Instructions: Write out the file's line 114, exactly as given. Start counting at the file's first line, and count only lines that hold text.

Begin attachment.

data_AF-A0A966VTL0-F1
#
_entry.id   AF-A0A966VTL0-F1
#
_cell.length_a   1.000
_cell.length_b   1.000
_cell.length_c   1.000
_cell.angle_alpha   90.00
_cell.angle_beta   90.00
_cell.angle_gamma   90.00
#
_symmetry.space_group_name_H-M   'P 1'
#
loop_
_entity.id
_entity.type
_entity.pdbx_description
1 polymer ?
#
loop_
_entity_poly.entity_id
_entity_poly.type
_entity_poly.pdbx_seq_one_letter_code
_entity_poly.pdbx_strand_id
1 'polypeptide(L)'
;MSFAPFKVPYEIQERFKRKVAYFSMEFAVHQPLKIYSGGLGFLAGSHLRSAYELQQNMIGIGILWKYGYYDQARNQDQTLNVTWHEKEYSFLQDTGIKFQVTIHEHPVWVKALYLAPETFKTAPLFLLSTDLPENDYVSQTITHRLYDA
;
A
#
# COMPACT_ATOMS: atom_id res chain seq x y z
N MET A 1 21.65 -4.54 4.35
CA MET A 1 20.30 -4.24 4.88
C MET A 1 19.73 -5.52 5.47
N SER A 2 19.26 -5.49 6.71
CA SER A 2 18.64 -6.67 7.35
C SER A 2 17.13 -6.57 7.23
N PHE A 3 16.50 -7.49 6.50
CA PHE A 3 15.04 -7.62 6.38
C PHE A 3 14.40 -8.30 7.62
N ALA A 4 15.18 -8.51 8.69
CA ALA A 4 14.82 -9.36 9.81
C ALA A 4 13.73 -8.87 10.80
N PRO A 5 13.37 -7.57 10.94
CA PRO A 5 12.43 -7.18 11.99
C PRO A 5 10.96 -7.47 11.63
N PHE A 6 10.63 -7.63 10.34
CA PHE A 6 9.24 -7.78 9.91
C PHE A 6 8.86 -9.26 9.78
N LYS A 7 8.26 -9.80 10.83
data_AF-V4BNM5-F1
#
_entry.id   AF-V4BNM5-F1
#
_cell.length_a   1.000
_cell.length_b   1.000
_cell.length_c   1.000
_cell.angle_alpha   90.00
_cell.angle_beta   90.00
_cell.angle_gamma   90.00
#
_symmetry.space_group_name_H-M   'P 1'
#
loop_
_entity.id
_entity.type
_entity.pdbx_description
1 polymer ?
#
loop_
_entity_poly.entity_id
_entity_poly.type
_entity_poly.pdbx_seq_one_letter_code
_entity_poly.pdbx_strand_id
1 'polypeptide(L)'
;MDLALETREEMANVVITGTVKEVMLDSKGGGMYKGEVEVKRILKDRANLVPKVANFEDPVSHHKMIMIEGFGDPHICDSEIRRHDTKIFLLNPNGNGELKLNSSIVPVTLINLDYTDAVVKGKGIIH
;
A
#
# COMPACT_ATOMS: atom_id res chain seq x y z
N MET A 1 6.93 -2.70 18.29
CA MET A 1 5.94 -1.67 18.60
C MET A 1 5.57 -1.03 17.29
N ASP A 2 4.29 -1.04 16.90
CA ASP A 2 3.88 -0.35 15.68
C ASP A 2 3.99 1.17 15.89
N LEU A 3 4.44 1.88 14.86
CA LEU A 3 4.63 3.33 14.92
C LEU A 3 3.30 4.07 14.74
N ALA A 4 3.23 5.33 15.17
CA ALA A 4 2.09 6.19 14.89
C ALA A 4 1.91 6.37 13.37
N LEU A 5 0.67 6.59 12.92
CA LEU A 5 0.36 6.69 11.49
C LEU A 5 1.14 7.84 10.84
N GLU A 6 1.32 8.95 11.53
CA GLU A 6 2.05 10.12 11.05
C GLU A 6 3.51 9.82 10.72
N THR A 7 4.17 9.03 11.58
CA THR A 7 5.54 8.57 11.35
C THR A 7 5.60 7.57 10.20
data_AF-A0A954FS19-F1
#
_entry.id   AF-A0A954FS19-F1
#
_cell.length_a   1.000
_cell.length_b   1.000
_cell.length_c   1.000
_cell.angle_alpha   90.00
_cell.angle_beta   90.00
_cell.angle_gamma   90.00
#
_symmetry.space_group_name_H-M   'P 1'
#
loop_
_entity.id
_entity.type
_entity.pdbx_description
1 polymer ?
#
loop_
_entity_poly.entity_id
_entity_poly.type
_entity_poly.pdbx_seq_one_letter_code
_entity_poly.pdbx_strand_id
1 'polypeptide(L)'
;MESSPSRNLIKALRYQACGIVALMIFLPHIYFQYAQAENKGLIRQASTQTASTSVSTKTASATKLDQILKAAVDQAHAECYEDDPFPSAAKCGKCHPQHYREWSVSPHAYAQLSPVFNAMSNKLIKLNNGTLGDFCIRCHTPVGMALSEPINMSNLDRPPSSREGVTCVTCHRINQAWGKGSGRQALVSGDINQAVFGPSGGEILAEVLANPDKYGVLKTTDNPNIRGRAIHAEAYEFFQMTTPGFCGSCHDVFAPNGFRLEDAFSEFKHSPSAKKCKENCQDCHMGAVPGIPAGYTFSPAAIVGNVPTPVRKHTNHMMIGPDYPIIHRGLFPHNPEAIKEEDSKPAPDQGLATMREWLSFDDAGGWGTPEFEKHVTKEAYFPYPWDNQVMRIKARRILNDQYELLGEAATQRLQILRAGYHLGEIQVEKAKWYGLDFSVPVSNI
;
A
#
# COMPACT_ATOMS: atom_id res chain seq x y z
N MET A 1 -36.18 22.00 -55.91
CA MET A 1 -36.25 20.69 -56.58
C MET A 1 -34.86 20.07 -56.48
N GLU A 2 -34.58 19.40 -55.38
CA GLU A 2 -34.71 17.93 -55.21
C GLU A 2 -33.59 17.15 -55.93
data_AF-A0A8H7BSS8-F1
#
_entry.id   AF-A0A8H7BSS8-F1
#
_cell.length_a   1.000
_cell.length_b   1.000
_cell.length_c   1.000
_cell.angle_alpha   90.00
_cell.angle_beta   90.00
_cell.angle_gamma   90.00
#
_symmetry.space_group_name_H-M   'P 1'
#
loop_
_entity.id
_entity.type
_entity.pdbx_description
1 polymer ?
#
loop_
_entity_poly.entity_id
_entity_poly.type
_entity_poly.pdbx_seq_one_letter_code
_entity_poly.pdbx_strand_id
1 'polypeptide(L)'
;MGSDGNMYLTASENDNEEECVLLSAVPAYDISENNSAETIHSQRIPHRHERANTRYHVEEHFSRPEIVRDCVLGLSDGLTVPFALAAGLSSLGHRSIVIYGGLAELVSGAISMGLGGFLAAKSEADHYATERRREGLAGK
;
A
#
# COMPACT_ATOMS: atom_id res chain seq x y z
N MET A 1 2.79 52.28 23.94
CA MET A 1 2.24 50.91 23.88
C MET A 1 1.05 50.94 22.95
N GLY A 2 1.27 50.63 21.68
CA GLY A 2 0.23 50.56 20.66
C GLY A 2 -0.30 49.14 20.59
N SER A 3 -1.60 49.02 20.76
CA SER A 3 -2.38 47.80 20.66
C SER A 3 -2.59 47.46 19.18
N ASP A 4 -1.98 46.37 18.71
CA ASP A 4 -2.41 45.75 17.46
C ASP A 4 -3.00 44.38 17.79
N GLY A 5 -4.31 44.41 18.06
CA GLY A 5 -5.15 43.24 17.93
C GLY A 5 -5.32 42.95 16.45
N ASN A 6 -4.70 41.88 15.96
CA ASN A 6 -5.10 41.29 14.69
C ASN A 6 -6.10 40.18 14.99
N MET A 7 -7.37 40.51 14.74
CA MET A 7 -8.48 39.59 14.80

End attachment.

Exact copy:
loop_